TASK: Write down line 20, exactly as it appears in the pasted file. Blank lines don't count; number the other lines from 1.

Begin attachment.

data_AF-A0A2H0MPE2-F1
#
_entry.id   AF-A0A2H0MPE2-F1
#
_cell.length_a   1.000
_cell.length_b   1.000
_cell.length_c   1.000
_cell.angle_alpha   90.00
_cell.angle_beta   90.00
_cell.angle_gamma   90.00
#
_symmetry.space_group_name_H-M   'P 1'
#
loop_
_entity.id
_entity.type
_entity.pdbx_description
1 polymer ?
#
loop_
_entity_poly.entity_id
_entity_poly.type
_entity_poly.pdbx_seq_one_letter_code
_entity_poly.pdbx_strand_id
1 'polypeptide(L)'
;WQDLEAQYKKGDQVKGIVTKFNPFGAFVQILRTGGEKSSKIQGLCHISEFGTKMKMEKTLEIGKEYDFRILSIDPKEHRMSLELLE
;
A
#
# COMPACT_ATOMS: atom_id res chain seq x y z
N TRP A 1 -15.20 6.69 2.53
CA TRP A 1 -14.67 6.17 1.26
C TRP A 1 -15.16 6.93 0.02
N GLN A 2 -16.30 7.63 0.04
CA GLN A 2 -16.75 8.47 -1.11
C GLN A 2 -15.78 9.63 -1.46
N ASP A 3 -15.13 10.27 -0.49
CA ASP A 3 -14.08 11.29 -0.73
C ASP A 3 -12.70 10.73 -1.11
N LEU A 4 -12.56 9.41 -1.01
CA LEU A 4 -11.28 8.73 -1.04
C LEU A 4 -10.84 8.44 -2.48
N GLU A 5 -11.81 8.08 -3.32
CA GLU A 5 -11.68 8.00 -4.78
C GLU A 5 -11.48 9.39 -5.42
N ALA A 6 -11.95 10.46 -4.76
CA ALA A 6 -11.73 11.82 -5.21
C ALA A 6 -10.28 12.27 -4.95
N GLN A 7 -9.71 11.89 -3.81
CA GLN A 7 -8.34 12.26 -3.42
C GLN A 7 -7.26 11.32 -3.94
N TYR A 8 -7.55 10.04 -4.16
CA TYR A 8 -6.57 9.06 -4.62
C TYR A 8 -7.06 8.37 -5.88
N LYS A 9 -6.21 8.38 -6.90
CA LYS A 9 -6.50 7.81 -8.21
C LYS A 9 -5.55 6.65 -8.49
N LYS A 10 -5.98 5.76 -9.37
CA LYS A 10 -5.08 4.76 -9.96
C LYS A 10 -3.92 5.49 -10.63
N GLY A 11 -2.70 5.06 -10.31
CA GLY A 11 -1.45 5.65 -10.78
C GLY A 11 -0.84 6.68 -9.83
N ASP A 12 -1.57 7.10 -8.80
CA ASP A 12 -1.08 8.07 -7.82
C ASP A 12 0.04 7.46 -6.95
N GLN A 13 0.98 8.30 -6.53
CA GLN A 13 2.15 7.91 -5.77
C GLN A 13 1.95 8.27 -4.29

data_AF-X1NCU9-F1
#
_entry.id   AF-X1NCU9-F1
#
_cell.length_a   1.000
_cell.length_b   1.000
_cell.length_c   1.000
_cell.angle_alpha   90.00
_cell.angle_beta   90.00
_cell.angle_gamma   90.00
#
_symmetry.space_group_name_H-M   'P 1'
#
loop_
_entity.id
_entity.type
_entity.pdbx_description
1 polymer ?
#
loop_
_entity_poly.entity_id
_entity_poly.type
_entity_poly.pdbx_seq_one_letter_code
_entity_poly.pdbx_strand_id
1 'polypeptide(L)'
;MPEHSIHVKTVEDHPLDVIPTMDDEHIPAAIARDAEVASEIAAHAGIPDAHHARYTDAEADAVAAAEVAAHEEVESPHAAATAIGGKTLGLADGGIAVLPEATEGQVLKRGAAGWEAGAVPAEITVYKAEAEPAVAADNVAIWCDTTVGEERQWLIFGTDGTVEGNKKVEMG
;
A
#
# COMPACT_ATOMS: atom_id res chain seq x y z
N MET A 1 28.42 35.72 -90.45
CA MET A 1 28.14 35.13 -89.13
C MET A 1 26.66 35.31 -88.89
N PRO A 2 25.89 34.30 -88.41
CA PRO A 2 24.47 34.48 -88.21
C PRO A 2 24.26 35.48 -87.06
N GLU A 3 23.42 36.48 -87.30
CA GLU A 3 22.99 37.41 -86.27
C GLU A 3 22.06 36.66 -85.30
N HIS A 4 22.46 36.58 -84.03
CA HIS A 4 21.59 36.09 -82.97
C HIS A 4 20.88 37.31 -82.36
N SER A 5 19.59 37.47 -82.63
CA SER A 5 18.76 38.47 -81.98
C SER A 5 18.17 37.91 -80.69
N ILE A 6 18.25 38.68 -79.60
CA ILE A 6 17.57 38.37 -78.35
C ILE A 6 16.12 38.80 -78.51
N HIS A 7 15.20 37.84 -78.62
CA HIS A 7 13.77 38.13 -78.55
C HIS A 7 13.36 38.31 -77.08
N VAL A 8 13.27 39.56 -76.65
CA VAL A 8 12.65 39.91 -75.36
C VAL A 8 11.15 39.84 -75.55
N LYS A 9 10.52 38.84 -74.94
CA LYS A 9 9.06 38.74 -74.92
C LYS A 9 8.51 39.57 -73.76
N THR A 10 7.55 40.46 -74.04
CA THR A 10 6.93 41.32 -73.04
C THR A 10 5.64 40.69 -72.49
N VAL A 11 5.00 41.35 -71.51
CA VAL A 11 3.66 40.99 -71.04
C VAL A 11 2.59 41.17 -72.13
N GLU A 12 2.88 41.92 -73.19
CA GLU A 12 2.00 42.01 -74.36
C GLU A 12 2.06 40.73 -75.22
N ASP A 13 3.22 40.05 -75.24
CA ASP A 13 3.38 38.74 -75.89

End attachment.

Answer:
loop_